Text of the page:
The National Centre for Domestic Violence (NCDV) UK, which provides a free, fast emergency injunction service to survivors of domestic abuse, reported that incidents of domestic violence in England increase during major sporting events.
“Not everyone is looking froward to the match tonight, Instances of domestic abuse increase 26% when England play and 38% if they lose,” the tweet said.
A study in 2014 by academics at Lancaster University looked at the number of reports of abuse to a police force in the north-west of England during three football World Cups. They found that such reports increased by 26 per cent when the national team won or drew, and by 38 per cent when the team lost (other studies suggest abuse is worse when England wins). A new study, published on July 4, goes much further. Ria Ivandic, Tom Kirchmaier and Neus Torres-Blas of the Centre for Economic Performance (CEP) have analysed 523,546 domestic-abuse incidents reported to the Greater Manchester Police between 2012 and 2019, alongside detailed information on 780 games played by Manchester City and Manchester United in that period. They have been able to disentangle why intimate partner violence increases after games and to create a timeline of when women are most at risk.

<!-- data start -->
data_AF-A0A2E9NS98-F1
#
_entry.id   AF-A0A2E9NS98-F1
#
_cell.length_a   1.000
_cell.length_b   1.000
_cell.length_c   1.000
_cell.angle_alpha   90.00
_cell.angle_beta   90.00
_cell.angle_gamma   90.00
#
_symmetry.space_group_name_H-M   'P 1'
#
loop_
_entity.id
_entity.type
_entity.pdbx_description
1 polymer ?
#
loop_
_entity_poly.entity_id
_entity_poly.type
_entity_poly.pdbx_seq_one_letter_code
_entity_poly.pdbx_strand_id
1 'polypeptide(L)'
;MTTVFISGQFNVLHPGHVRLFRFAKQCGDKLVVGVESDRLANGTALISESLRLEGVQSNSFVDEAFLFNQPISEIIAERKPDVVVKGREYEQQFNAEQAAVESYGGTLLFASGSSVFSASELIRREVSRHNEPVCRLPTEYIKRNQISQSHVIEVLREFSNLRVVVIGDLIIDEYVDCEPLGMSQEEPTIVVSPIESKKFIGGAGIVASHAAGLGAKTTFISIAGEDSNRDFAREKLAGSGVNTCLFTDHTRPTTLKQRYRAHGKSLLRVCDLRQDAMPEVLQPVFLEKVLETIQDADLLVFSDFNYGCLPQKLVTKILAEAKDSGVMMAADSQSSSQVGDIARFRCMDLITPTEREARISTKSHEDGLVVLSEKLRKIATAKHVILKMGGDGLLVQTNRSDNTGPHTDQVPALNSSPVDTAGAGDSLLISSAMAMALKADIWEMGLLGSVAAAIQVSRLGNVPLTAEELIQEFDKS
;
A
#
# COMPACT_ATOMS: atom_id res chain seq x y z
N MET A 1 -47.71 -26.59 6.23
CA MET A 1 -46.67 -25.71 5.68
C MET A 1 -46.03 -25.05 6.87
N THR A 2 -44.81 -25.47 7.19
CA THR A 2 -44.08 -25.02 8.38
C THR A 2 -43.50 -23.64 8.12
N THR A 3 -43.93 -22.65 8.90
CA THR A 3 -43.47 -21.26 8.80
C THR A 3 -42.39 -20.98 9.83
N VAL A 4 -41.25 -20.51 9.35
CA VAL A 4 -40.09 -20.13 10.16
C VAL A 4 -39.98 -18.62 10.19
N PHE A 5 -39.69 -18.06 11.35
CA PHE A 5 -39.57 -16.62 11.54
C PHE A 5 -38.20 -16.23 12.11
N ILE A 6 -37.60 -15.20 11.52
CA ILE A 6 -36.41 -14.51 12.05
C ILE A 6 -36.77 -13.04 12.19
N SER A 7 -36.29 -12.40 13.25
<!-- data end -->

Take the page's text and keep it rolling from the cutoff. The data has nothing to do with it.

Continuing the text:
Research from the London School of Economics’ Centre for Economic Performance indicated a match increased the risk of family violence.
The study suggested that although domestic abuse declined during the two-hour period when a game is played, it started to increase afterwards and peaked between 10 and 12 hours later.
Meanwhile, a study released in Australia also found out the link between the major sporting events and domestic violence. The study revealed that domestic violence increased 40.7 per cent in New South Wales on State of Origin game days.
On July 11, England and and Italy faced each other in Euro Cup Final 2020, which was considered as one of the biggest games in the world of sports. Italy defeated England to become champions of Europe again, for the first time since 1968, breaking English hearts in the process at Wembley Stadium on Sunday.